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Defenses against dangerous technologies

from the let-us-reason-together dept.
Technology Fear Factor, by Daintry Duffy and Sari Kalin, originally published in Darwin Magazine May 2002. Published on KurzweilAI.Net July 21, 2002.

Three futurists — George Gilder, Ray Kurzweil, and Jaron Lanier — agree that emerging dangerous technologies will require smarter defenses, such as standards diversity, decentralized systems, a transparent society, better communications between factions, and mutually beneficial collaboration of business leaders.

One Response to “Defenses against dangerous technologies”

  1. Mr_Farlops Says:

    The rarity of the Rodney King video

    Ever since Brin's book, I've been skeptical of the transparent society. The government wants to keep secrets. The private sector wants to keep secrets. These two powerful forces will work to prevent a truly transparent society from emerging. Most of the power is on the side of groups, not individuals, so what is most likely to emerge is a world where individuals have no privacy and groups retain their privacy in the name of security (financial, political or legal security.).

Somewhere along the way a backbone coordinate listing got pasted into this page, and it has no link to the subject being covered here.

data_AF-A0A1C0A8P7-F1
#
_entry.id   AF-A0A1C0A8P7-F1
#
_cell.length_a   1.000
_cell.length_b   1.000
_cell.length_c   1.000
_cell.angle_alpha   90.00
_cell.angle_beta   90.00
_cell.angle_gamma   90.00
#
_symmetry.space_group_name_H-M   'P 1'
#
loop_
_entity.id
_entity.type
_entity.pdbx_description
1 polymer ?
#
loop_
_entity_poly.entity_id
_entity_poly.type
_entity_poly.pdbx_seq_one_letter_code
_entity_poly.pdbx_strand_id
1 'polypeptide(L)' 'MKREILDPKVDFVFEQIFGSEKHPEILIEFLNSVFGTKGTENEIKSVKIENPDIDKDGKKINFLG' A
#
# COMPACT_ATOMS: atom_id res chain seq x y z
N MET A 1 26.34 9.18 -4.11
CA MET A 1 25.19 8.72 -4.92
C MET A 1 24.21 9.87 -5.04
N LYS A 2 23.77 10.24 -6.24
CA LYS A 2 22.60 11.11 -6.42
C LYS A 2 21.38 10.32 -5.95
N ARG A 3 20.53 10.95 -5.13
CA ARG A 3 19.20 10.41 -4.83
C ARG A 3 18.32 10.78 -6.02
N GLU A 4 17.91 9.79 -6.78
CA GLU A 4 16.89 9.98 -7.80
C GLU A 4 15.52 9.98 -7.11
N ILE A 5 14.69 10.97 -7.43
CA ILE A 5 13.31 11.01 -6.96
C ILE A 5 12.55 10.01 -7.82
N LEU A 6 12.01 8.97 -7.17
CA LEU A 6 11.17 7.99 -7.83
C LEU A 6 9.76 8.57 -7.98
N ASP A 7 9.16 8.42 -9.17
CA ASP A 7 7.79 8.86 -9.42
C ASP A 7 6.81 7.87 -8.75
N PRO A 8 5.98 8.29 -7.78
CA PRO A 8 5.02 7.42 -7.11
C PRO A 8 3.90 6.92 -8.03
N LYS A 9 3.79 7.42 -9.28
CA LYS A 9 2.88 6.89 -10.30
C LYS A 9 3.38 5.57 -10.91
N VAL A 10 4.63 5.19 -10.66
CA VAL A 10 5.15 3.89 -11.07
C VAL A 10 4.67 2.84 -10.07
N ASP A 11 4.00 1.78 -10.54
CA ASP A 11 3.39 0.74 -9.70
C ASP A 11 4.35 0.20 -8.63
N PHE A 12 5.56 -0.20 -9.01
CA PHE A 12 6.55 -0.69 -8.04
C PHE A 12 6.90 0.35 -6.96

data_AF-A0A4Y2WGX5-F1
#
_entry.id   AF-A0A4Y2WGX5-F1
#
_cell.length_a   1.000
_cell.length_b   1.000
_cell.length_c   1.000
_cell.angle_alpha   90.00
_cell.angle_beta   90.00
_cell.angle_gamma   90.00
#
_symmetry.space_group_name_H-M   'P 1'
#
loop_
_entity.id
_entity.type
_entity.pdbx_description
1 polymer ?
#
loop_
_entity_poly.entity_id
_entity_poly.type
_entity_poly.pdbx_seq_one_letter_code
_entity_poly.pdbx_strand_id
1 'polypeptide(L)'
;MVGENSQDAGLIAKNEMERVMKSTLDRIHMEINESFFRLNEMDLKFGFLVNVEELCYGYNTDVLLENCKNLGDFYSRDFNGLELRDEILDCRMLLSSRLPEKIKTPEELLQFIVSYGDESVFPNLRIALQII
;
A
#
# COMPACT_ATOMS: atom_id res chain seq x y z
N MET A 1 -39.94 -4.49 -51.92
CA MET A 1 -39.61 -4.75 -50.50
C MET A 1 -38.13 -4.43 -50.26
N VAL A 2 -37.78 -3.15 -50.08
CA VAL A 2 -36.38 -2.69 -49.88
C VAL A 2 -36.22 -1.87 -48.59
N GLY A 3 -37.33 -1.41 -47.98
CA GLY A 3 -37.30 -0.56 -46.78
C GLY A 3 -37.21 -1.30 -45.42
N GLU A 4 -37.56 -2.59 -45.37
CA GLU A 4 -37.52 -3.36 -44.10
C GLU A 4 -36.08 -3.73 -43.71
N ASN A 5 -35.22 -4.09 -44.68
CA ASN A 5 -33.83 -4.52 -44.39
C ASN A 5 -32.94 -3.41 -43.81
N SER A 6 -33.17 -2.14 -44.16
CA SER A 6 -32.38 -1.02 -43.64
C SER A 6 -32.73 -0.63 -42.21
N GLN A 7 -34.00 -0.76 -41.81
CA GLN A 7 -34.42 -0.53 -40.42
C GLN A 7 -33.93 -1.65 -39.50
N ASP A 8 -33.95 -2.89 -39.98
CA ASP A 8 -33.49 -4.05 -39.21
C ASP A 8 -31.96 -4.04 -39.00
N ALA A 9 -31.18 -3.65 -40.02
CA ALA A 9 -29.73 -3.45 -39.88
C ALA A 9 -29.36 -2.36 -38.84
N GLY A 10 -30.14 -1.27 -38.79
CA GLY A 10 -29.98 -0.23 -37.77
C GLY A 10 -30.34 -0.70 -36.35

It is true that the Rodney King video is evocative of what might be possible in a truly transparent society but most of the laws still forbid individuals from documenting the surveillance techniques of organizations (shopping malls, police stations, government facilities, etc.) The cameras are still mostly pointed one way and it is likely to remain illegal to freely point them back.

    Sometimes we are allowed to watch the watchmen, when they make mistakes or when they allow us to but it will remain an unequal relationship.

    I have very mixed feelings about this. The argument I am presently making sounds very similar to the arguments made by those who advocate freedom to own firearms. Something I also have very mixed feelings over.

    Technology continues to amplify the power of individuals but at the same time it continues to amplify the power of groups. On one extreme you have lawless anarchy were anyone is able to strap a suitcase nuke on their back or build nanoweapons in their garage. On the other extreme you have the perfect police state where no-one is even capable of crimethink. Obviously we have to avoid both extremes.

    It's hard for me to see how a truly transparent society will emerge. It's like idealized communism or anarchy; it ignores human nature both individually and collectively.

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